There have been some recent updates to both the Qld and NSW WorkCover legislation. In NSW the changes will increase weekly benefits but timeframes for claiming are reduced. The inquiry into the QLD scheme continues.
New South Wales (NSW)
The changes to the WorkCover scheme continue to roll out.
From 1 January 2013, changes to weekly benefits for existing claims will be trialled on a section of claims and implemented in stages to ensure a smooth transition.
WorkCover NSW focus is on recovery at work, the changes to weekly benefits now provides better incentive for return to work. For the first 13 weeks injured workers are paid 95% of their pre- injury average earnings, this rate drops to 80 % for injured worker who remain off work. However for injured workers who return to work for at least 15 hours the rate will remain at 95 % of their pre- injury rate.
Although weekly benefits amounts are higher, there are timeframes applied to the entitlement which will decrease the impact on premiums and in most case weekly benefits will cease at the 2 ½ year mark. Only seriously injured workers will continue to receive weekly benefits.
The new Work Capacity Assessment are also a positive more toward lowering premiums as they now allow the Insurer to make decision to cease weekly benefits for Injured worker who may not be able to return to pre- injury duties, but they do have a capacity for suitable employment.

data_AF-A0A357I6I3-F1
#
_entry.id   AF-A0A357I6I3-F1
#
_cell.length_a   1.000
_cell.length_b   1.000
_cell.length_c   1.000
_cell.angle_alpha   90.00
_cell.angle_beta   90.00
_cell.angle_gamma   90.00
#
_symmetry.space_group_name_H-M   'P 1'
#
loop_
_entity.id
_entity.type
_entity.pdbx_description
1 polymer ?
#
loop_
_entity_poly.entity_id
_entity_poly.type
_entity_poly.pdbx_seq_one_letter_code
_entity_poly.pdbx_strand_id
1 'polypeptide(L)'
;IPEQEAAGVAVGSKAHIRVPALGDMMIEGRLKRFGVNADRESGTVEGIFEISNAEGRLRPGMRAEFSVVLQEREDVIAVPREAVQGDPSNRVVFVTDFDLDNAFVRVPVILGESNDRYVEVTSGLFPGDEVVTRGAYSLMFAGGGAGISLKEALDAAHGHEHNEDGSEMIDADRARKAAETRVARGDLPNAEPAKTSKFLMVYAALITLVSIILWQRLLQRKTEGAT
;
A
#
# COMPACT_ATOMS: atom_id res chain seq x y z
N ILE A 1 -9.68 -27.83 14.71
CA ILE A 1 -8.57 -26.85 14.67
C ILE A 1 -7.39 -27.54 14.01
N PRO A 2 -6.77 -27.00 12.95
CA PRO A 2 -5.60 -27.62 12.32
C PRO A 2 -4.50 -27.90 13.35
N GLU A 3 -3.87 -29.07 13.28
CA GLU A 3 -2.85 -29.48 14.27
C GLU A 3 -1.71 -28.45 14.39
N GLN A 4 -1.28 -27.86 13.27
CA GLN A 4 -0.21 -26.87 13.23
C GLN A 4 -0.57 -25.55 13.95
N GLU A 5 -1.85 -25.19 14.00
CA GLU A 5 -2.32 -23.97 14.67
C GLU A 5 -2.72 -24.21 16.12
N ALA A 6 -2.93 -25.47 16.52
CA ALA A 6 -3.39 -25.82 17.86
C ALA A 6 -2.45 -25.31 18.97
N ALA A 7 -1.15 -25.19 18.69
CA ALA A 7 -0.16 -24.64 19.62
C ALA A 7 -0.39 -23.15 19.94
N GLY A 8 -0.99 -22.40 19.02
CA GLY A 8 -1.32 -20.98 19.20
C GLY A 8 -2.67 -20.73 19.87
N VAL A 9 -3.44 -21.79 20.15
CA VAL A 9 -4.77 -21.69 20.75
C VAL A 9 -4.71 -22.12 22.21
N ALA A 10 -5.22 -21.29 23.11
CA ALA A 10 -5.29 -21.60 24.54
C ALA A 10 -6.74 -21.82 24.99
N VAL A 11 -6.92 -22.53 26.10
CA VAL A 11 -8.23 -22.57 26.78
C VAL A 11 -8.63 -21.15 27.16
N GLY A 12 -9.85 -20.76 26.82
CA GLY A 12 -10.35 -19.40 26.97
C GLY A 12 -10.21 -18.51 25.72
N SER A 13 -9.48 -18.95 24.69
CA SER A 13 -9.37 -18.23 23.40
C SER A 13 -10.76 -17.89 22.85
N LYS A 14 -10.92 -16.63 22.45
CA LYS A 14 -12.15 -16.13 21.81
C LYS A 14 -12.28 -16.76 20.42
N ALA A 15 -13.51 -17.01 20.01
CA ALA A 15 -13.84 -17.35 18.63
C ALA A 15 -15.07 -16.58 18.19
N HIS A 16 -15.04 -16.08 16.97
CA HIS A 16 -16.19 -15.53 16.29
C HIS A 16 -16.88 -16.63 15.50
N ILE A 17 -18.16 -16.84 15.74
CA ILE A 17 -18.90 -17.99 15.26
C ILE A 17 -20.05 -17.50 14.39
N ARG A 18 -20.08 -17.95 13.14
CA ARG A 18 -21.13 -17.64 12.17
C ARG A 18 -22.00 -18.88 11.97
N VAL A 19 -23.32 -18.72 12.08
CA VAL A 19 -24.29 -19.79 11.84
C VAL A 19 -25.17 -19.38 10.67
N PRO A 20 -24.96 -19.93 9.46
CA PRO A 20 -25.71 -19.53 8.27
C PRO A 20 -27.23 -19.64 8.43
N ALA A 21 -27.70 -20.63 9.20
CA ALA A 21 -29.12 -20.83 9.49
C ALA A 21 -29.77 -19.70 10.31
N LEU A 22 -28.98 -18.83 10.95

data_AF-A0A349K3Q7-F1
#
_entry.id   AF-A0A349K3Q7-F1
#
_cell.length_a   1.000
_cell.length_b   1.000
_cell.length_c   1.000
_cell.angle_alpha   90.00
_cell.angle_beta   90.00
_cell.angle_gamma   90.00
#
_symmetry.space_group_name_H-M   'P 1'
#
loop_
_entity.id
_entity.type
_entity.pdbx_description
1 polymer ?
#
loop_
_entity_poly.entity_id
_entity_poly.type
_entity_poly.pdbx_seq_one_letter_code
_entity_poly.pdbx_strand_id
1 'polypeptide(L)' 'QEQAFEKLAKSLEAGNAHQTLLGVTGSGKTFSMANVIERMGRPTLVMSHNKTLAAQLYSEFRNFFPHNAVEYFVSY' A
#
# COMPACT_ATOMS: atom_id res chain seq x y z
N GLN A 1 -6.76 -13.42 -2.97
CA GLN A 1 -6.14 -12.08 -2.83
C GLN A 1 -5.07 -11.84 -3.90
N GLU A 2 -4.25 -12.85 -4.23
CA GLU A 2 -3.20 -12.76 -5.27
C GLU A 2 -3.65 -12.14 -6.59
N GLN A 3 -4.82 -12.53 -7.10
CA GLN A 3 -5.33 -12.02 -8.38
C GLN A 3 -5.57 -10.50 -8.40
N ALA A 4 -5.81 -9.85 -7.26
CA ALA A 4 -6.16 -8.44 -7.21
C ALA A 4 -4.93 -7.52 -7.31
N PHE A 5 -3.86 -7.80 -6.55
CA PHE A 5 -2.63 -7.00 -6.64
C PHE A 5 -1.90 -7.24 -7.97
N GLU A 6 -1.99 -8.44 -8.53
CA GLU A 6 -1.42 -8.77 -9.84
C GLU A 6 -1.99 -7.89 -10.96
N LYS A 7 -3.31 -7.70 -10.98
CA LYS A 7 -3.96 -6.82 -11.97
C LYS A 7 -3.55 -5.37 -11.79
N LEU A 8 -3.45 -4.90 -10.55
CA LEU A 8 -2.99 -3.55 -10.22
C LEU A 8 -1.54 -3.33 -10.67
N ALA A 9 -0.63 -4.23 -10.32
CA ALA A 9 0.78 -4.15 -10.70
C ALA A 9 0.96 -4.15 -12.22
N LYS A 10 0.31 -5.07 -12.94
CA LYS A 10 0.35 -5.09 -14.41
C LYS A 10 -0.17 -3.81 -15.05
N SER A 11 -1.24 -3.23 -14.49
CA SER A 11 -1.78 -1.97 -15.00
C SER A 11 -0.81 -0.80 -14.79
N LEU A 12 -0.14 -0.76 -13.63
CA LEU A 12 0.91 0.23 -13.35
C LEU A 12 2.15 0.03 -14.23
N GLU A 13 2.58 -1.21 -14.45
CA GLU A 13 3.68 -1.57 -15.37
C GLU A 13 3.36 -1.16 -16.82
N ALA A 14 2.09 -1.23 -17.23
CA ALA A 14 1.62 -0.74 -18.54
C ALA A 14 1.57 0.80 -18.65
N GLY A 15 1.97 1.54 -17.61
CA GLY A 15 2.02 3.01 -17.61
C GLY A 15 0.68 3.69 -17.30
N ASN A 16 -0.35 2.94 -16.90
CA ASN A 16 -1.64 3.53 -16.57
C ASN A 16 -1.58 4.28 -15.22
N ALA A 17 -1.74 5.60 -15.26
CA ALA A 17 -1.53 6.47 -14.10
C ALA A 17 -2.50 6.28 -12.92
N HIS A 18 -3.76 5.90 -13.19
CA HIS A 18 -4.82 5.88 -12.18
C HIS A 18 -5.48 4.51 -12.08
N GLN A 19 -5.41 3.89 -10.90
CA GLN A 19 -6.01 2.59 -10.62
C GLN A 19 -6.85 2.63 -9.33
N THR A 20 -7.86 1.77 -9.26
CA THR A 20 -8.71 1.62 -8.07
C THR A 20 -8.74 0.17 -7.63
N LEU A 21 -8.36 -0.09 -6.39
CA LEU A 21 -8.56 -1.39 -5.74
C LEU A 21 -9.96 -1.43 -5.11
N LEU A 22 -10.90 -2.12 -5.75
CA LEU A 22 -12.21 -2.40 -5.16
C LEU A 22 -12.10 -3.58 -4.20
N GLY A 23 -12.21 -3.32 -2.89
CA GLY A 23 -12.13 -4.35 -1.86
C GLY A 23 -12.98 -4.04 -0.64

Claims incurring medical expenses only, have transitioned to the new scheme, and claims will move to closure within the next 12 months.
In December 2012, there was a further amendment to the regulations where legal costs may be awarded by the Commission and paid in accordance with the previous cost provisions, granted it is lodged in the Commission before 31 March 2013.
At the moment there are no legislative changes however there is an ongoing Parliamentary inquiry into the Queensland Compensation System which includes:
- the performance of the scheme in meeting its objectives under section 5 of the Act;
- how the Queensland workers’ compensation scheme compares to the scheme arrangements in other Australian jurisdictions;
- WorkCover’s current and future financial position and its impact on the Queensland economy, the State’s competitiveness and employment growth;
- whether the reforms implemented in 2010 have addressed the growth in common law claims and claims cost that was evidenced in the scheme from 2007-08;
- whether the current self-insurance arrangements legislated in Queensland continue to be appropriate for the contemporary working environment; and
- in conducting the inquiry, the committee should also consider and report on implementation of the recommendations of the Structural Review of Institutional and Working Arrangements in Queensland’s Workers’.
Any change to the legislation would be expected in July 2013.